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Sun Awareness Week is a wellbeing event organised by the British Association of Dermatologists (BAD). The campaign is overseen by the BAD Skin Cancer Prevention Committee, comprised of leading medical professionals with expertise in skin cancer, vitamin D and public health messaging.
The awareness event aims to provide the public with information on both skin cancer prevention - encouraging people to regularly self-examine for skin cancer. And detection - teaching people about the dangers of sunburn and excessive tanning.
Too much ultraviolet (UV) radiation from the sun or sunbeds is the main cause of skin cancer. In the UK, almost 9 in 10 cases of melanoma (the most serious type of skin cancer) could be prevented by taking the correct precautions and enjoying the sun safely, as well as avoiding the use of sunbeds altogether.
There are 2 main types of UV rays that damage our skin. Both can cause skin cancer:
We all need exposure to the sun. When we do so, our bodies make vitamin D, which helps the body absorb calcium for stronger, healthier bones. There are also many positive effects that sun exposure can have on our mental health, as it can alleviate the symptoms of depression, as well as simply boosting our overall mood.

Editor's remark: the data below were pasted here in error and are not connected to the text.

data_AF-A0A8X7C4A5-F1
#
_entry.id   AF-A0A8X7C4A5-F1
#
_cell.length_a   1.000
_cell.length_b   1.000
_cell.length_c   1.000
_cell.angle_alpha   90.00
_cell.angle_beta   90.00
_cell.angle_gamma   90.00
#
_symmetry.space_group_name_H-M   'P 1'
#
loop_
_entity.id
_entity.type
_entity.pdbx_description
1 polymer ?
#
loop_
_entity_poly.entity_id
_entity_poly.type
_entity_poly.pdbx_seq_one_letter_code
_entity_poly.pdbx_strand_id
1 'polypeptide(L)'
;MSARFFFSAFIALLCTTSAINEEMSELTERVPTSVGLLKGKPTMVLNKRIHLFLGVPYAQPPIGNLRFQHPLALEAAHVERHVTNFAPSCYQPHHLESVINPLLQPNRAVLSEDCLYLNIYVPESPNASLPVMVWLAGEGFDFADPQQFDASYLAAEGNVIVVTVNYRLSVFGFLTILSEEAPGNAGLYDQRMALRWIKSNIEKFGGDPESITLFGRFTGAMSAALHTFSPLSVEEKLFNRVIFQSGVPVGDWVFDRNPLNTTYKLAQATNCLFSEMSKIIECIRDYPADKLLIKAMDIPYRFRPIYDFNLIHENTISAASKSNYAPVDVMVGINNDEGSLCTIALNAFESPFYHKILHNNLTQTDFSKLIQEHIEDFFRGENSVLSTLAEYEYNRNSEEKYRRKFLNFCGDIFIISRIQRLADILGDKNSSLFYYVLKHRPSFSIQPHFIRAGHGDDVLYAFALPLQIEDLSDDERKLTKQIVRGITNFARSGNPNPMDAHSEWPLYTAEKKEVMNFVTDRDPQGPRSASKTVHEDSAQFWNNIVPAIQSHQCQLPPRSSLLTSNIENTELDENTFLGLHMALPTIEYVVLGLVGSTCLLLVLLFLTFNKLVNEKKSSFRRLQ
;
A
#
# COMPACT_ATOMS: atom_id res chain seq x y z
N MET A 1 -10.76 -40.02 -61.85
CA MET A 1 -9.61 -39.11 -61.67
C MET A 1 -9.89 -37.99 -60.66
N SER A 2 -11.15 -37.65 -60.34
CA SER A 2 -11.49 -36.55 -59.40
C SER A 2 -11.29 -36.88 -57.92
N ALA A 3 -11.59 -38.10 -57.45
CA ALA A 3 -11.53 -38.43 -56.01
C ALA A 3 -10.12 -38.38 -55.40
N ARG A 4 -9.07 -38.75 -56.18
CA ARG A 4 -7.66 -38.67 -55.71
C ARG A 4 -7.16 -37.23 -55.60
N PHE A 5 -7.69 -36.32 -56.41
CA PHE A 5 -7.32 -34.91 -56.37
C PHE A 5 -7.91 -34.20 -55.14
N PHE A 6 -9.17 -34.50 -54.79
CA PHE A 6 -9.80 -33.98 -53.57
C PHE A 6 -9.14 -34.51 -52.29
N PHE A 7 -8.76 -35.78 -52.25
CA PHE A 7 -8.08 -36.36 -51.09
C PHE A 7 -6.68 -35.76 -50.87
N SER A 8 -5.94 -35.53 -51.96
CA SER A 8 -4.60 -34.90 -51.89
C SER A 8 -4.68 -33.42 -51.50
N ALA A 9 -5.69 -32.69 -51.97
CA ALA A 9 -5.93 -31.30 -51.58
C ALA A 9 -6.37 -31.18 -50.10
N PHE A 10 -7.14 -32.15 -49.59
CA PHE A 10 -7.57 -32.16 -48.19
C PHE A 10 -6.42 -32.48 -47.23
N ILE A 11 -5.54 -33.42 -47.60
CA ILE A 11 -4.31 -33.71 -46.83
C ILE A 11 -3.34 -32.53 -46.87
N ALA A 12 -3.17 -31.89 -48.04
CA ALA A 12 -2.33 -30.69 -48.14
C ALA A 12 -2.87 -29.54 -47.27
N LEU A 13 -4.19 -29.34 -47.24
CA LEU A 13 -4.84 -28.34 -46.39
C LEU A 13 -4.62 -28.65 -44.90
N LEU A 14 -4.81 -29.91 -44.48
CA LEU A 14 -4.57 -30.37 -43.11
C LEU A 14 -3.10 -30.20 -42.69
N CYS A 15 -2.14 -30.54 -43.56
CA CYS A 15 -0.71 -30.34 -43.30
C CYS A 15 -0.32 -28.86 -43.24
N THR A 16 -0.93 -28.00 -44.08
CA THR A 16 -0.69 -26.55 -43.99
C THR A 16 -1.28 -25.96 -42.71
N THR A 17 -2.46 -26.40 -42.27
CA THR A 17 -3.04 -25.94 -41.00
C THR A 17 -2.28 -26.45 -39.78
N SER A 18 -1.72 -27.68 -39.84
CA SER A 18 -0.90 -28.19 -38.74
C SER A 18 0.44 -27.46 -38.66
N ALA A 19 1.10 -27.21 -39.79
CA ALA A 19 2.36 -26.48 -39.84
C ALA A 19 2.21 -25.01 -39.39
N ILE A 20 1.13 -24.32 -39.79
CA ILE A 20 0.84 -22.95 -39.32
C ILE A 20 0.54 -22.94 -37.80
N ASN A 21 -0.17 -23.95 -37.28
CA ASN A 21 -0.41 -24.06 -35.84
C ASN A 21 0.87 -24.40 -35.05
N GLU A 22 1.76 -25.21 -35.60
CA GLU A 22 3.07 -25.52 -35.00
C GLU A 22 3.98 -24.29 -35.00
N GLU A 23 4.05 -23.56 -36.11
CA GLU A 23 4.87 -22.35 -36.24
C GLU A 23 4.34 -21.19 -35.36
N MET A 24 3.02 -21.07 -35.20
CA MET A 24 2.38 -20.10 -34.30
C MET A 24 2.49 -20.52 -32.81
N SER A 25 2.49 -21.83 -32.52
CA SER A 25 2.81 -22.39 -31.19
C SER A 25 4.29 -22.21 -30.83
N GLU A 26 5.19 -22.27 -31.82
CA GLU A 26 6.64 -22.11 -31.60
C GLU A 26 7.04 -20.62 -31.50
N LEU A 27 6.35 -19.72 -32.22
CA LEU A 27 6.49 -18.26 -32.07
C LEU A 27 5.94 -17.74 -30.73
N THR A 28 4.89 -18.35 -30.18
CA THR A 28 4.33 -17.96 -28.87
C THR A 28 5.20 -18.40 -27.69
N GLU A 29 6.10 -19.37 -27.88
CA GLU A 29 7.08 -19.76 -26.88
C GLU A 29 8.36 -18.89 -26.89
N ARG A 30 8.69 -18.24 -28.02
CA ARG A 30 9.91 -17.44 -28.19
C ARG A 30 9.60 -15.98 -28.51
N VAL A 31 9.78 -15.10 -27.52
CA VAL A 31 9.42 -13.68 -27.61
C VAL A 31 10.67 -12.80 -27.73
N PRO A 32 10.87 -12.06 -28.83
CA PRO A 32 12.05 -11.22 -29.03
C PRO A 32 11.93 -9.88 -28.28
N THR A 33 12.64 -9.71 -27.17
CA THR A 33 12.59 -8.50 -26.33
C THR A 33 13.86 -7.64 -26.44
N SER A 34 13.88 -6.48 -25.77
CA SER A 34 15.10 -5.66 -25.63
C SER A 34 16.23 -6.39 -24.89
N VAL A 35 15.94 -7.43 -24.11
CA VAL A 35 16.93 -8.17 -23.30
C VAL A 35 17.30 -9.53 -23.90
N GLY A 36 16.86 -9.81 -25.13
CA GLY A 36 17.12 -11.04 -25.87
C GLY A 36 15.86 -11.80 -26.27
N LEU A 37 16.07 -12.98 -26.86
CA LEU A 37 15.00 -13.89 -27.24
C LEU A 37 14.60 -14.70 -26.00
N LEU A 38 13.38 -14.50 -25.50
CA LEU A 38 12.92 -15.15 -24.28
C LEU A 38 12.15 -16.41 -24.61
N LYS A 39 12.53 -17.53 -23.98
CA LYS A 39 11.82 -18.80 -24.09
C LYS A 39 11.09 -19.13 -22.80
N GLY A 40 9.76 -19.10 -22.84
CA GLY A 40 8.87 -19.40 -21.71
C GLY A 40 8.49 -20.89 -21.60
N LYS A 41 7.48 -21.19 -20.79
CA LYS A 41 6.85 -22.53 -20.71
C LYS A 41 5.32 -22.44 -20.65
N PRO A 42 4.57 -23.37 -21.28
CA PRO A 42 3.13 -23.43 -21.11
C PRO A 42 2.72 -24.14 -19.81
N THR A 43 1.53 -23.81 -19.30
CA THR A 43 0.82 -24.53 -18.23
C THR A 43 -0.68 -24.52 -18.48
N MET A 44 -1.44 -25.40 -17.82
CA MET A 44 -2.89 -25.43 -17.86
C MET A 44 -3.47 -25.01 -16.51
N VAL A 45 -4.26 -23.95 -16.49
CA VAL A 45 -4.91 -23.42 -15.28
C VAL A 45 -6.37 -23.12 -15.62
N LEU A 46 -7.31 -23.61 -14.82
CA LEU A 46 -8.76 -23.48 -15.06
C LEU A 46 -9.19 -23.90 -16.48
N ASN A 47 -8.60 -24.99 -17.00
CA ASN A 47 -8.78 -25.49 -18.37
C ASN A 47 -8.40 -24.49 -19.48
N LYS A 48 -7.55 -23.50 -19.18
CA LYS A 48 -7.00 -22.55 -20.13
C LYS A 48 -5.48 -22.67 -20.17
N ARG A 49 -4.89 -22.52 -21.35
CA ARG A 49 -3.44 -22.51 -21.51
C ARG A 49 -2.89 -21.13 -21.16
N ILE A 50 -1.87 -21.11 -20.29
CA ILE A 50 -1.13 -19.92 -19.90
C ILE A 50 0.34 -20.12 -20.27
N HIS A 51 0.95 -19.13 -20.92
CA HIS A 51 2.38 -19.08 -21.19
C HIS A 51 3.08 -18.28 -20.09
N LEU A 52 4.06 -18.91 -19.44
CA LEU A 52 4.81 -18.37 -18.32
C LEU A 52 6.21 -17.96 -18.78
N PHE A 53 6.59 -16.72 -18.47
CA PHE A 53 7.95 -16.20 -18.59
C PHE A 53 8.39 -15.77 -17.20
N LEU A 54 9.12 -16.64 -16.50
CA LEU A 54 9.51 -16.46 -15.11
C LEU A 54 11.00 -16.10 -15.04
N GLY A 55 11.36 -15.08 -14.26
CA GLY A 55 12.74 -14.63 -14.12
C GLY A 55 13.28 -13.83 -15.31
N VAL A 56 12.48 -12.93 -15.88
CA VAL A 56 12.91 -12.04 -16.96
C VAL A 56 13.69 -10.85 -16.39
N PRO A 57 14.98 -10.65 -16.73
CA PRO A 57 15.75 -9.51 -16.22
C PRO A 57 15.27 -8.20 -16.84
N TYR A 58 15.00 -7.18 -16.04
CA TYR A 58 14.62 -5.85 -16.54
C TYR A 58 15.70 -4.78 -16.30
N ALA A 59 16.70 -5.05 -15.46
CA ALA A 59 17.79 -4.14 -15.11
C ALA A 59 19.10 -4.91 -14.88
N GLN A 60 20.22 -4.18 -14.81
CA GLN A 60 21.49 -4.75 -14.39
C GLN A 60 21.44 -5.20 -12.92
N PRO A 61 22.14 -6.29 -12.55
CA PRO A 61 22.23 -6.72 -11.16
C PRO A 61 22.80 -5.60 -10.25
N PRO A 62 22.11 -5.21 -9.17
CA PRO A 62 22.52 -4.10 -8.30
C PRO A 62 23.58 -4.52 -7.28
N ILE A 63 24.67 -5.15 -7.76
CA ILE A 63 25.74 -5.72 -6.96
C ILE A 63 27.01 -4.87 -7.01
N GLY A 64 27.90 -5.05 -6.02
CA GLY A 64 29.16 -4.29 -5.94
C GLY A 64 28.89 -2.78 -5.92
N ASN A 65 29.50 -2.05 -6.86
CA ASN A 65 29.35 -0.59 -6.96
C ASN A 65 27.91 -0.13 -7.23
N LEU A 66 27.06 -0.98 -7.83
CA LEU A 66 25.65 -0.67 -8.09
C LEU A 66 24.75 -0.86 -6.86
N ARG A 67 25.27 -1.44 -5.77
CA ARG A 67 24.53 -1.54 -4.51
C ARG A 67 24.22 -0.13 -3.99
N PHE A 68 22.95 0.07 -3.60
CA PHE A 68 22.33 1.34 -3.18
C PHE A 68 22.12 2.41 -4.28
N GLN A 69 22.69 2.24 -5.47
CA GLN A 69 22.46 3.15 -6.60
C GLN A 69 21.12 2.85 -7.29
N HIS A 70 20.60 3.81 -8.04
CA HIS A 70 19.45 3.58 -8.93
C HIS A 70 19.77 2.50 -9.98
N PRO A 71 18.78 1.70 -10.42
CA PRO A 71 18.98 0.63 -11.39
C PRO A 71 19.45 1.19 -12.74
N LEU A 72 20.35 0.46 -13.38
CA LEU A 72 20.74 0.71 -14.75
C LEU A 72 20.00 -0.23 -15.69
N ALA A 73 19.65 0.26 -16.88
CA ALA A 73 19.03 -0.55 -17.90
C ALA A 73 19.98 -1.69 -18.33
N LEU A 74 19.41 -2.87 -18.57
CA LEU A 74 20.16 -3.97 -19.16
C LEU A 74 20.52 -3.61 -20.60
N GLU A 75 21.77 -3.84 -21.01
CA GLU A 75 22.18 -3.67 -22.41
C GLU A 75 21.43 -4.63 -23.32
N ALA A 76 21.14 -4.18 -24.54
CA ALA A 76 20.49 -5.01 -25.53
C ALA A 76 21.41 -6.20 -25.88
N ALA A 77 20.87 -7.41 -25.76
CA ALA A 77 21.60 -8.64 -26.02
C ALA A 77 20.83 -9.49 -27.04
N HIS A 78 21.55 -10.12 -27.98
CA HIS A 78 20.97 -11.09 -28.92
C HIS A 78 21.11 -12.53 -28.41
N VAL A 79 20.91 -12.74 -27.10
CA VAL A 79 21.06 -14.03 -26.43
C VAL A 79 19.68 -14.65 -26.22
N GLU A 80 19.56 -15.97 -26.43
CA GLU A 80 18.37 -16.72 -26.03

However, it is well known that too much exposure to the sun can cause lasting damage to our skin. Below, we have listed five sun protection tips to help you and your family stay safe in the sunshine this summer:
Sunscreen - The most common and easily accessible method to prevent sun damage to your skin is sunscreen. Make sure that you purchase a good quality sunscreen that protects you from both UVA and UVB radiation, and has a minimum SPF of 30. If you know you will be encountering water, ensure that your sunscreen is water resistant.
Apply it properly - You should make sure that you apply the sunscreen at least 30 minutes before you go outside. This will allow your skin to fully absorb the lotion. Reapply sunscreen to your exposed skin every two hours.
Sunglasses - Research has found that 5-10% of skin cancers occur on the eyelid. When buying sunglasses, look out for indicators of high quality and safe glasses such as the 'CE Mark', UV 400 label, or ‘100% UV protection’ written on the label or sticker.
Correct clothing - Darker clothes with tightly woven fabric will give you more protection from the sun. Look for clothing with an Ultraviolet Protection Factor (UPF) on the label. A UPF of 40 or higher means that your clothes will absorb or reflect at least 97% of UV light.
Hydration - Being dehydrated may not be as visible as sunburn, but it can be just as dangerous. If you are exposed to a hot climate, you are at a greater risk of becoming dehydrated and developing heat stroke. Avoid this by drinking at least 2 litres of water a day and try not to consume alcohol or caffeine.
By following our tips above, you will be safe in the knowledge that you are doing your best in protecting yourself and your family from harmful amounts of UVA and UVB radiation.
Remember, sun damage is cumulative - it builds up over time, particularly if you’ve had multiple severe sunburns. Damaging your skin now can possibly lead to health risks later in life.
If you feel as though you are concerned with your exposure to the sun, or if you have any other wellbeing concerns, please call our helpline on:
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